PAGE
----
Britain decides to fine quarantine-breakers up to $13,000 - GulfToday

Britain decides to fine quarantine-breakers up to $13,000


People walk through the Chinatown area, amid the coronavirus disease outbreak in London. Reuters

LONDON: Britain’s government will fine people who refuse an order to self-isolate up to £10,000 ($13,000) as the country sees a sharp surge in coronavirus infections.


The new rule obliges people to self-isolate if they test positive for the coronavirus or are traced as a close contact. The rule comes into effect on Sept. 28.


The government will help those on lower incomes who face a loss of earnings as a result of self-isolating with a one-time support payment of £500 ($633).


The latest figures show that new daily coronavirus cases for Britain have risen to 4,422, the highest since early May. An official estimate also shows that new infections and hospital admissions are doubling every seven to eight days in the UK.


The Conservative government is widely expected to impose further restrictions after Prime Minister Boris Johnson confirmed that Britain is seeing a second wave of infections, following the trend elsewhere in Europe. London's mayor has also said tighter restrictions could be needed soon in the British capital.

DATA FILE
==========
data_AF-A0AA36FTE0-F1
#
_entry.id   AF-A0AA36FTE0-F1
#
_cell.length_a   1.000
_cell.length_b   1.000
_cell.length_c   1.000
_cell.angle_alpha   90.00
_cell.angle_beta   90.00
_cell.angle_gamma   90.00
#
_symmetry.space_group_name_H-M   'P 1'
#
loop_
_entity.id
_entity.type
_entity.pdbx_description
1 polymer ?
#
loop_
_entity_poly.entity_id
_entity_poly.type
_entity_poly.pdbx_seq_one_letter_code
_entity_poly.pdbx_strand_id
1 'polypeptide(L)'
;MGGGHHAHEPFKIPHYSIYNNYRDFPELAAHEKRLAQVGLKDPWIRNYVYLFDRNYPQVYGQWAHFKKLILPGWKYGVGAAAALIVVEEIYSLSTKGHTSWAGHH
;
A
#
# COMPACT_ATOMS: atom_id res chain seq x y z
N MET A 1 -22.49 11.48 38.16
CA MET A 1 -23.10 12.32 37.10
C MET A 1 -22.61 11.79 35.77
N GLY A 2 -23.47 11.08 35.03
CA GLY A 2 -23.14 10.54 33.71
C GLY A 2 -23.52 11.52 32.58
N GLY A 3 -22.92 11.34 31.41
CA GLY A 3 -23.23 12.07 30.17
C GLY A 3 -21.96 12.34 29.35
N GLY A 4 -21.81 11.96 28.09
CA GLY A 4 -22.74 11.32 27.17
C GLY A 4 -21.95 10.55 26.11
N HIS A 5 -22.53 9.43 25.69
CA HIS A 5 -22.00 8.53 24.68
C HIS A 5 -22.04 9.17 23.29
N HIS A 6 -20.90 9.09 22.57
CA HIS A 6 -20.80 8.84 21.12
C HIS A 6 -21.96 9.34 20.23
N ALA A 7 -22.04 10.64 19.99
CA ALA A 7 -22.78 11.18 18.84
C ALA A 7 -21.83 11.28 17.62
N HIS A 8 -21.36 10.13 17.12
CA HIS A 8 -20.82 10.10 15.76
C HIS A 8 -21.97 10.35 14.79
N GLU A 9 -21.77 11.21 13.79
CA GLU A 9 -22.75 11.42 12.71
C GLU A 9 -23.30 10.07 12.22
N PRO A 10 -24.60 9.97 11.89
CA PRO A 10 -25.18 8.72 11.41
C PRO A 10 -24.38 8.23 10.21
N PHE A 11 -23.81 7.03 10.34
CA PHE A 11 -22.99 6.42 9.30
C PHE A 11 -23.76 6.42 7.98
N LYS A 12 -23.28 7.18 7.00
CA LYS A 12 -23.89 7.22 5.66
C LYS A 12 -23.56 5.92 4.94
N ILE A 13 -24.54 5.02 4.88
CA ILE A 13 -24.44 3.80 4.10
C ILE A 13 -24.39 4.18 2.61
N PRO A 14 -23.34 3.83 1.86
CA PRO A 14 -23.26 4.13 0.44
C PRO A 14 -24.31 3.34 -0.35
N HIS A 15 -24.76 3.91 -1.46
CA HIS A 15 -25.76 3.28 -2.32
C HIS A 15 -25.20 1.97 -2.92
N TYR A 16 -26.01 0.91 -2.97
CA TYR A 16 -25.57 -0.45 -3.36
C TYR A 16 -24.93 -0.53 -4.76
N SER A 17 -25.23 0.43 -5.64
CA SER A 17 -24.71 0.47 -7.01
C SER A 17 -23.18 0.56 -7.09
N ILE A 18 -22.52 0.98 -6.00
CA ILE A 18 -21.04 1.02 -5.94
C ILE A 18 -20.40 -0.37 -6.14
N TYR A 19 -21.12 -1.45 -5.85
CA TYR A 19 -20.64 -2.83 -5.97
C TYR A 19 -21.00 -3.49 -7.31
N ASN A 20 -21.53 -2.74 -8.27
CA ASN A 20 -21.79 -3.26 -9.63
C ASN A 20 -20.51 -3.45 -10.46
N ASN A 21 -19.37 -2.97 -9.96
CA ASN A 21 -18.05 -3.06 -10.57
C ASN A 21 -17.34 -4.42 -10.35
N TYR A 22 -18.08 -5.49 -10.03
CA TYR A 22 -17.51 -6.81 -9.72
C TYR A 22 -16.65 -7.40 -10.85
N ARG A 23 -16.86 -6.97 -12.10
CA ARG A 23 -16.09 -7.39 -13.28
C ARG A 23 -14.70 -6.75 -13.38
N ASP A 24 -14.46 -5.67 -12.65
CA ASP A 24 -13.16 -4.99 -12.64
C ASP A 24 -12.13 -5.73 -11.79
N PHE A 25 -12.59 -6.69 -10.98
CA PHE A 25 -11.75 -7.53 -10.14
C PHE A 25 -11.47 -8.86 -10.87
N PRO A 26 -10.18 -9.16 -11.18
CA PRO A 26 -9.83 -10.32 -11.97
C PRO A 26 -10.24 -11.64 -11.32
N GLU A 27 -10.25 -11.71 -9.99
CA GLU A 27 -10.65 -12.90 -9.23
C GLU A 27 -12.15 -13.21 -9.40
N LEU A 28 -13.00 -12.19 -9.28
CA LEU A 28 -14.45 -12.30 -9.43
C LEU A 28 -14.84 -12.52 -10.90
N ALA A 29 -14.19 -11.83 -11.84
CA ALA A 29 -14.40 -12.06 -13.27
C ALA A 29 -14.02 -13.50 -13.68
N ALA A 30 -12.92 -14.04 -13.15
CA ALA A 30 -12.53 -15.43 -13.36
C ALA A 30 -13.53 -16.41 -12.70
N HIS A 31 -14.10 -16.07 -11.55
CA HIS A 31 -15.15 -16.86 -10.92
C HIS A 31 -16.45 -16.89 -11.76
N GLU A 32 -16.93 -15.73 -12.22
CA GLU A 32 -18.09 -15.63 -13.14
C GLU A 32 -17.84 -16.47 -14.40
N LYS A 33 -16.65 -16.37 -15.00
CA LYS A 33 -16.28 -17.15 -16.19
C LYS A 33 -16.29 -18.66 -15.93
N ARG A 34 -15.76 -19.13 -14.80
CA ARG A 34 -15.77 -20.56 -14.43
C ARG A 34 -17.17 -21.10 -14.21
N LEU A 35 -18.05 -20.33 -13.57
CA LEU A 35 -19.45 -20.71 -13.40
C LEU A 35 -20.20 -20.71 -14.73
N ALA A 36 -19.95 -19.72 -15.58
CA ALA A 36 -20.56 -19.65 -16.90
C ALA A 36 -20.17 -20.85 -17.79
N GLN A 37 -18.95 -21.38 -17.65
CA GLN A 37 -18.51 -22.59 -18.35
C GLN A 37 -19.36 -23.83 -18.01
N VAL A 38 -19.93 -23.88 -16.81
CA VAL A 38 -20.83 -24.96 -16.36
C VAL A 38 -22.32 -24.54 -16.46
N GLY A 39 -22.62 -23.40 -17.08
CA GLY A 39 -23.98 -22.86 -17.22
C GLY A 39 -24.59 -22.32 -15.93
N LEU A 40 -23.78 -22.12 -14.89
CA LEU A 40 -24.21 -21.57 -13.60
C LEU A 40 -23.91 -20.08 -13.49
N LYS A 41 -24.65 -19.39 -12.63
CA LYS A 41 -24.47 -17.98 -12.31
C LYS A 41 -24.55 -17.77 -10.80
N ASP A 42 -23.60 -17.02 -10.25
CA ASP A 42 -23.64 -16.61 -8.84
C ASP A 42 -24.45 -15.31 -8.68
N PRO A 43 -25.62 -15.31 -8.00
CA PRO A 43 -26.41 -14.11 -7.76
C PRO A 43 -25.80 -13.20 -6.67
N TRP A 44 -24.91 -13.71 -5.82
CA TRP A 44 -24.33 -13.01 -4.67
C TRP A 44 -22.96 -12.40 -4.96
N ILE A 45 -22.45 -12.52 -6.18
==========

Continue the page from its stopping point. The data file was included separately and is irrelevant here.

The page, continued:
Britain reported 3,899 new cases of COIVD-19 on Sunday, compared to 4,422 on Saturday, the government reported on its website.


Overall, the number of cases has risen sharply in recent weeks, prompting tighter restrictions across the country and several local lockdowns.


Britain is at a tipping point on COVID-19, health minister Matt Hancock said on Sunday, warning that a second national lockdown could be imposed if people don't follow government rules designed to stop the spread of the virus.


COVID-19 cases have risen sharply in recent weeks, with 3,899 reported on Sunday.


Johnson has called it a second wave and stricter lockdown measures have been introduced in areas across the country - with London possibly next in line.


"The nation faces a tipping point and we have a choice," Hancock told Sky News.


"The choice is either that everybody follows the rules ... or we will have to take more measures."


Hancock later told the BBC that a second national lockdown was possible option.


"I don't rule it out, I don't want to see it," he said.


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